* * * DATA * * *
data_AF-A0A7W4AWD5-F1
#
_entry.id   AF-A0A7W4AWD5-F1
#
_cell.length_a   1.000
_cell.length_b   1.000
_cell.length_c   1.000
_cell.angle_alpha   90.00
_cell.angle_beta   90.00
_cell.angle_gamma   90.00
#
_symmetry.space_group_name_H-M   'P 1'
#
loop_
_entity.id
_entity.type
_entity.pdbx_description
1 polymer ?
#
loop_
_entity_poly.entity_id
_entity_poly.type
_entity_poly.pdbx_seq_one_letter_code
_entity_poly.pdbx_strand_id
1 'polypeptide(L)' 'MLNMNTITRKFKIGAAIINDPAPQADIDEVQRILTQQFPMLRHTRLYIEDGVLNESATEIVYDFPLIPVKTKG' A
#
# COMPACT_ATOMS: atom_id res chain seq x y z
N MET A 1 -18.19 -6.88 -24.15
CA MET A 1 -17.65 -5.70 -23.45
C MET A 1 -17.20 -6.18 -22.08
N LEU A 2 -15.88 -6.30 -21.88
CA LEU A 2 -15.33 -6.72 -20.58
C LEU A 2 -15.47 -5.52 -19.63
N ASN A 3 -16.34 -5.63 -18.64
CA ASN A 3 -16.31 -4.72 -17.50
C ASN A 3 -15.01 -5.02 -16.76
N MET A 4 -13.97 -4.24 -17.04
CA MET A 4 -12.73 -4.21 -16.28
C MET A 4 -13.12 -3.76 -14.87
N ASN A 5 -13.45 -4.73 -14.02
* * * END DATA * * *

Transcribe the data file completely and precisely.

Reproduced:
data_AF-A0A7W4AWD5-F1
#
_entry.id   AF-A0A7W4AWD5-F1
#
_cell.length_a   1.000
_cell.length_b   1.000
_cell.length_c   1.000
_cell.angle_alpha   90.00
_cell.angle_beta   90.00
_cell.angle_gamma   90.00
#
_symmetry.space_group_name_H-M   'P 1'
#
loop_
_entity.id
_entity.type
_entity.pdbx_description
1 polymer ?
#
loop_
_entity_poly.entity_id
_entity_poly.type
_entity_poly.pdbx_seq_one_letter_code
_entity_poly.pdbx_strand_id
1 'polypeptide(L)' 'MLNMNTITRKFKIGAAIINDPAPQADIDEVQRILTQQFPMLRHTRLYIEDGVLNESATEIVYDFPLIPVKTKG' A
#
# COMPACT_ATOMS: atom_id res chain seq x y z
N MET A 1 -18.19 -6.88 -24.15
CA MET A 1 -17.65 -5.70 -23.45
C MET A 1 -17.20 -6.18 -22.08
N LEU A 2 -15.88 -6.30 -21.88
CA LEU A 2 -15.33 -6.72 -20.58
C LEU A 2 -15.47 -5.52 -19.63
N ASN A 3 -16.34 -5.63 -18.64
CA ASN A 3 -16.31 -4.72 -17.50
C ASN A 3 -15.01 -5.02 -16.76
N MET A 4 -13.97 -4.24 -17.04
CA MET A 4 -12.73 -4.21 -16.28
C MET A 4 -13.12 -3.76 -14.87
N ASN A 5 -13.45 -4.73 -14.02